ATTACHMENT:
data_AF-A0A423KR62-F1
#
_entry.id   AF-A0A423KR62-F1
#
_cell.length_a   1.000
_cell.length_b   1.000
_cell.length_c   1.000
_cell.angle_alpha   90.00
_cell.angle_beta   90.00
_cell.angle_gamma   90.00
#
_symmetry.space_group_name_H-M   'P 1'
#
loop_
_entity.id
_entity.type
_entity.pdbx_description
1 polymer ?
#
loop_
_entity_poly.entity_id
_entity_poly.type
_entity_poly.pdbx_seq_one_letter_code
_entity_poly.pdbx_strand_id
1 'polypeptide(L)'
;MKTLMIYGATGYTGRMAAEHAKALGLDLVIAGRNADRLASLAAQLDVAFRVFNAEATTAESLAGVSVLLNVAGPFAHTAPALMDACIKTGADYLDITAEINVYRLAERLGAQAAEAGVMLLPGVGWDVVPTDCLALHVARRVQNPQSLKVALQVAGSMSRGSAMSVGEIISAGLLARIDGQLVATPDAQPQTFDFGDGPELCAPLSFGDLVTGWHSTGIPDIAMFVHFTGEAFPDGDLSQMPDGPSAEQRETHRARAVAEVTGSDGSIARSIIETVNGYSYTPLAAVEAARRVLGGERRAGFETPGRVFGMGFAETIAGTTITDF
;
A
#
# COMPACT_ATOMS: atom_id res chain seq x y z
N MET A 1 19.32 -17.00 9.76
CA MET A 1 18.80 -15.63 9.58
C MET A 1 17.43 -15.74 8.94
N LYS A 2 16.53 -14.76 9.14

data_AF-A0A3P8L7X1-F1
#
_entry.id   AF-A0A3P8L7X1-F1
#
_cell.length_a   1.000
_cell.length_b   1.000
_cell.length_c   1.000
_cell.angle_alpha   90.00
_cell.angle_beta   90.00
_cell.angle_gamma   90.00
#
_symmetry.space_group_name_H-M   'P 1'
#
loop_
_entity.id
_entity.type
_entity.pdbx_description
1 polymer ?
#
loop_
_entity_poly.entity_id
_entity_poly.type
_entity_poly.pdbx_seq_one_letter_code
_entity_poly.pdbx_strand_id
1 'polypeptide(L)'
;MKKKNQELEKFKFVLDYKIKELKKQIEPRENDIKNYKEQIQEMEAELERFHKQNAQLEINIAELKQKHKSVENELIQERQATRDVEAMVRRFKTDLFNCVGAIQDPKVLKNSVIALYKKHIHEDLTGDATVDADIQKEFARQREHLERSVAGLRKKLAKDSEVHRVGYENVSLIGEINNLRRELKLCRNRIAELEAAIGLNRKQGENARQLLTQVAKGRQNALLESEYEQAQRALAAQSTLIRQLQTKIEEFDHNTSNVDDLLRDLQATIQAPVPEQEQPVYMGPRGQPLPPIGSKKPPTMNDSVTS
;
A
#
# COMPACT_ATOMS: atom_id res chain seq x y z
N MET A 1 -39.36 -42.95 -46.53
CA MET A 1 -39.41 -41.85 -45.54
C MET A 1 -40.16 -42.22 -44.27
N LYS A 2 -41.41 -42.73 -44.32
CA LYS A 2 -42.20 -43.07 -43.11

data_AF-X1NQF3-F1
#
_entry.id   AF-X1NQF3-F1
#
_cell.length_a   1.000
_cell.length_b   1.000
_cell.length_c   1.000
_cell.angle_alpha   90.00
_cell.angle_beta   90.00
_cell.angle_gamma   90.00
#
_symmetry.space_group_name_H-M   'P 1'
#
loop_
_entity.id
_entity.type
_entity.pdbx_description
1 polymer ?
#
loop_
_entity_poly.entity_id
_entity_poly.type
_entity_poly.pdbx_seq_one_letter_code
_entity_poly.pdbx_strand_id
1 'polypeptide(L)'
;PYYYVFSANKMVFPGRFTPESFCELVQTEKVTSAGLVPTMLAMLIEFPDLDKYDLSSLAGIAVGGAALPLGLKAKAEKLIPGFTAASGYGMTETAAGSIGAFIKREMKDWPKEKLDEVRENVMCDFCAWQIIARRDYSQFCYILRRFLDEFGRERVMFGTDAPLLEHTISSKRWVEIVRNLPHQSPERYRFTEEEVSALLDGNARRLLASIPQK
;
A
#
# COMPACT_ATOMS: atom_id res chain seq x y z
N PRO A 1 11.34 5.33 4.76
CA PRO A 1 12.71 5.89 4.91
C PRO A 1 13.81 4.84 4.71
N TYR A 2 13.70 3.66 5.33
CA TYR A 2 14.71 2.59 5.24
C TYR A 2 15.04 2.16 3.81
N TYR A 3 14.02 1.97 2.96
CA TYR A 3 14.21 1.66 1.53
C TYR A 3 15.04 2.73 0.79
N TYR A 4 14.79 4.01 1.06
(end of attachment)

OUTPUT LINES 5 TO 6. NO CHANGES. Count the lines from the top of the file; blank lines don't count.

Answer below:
_cell.length_a   1.000
_cell.length_b   1.000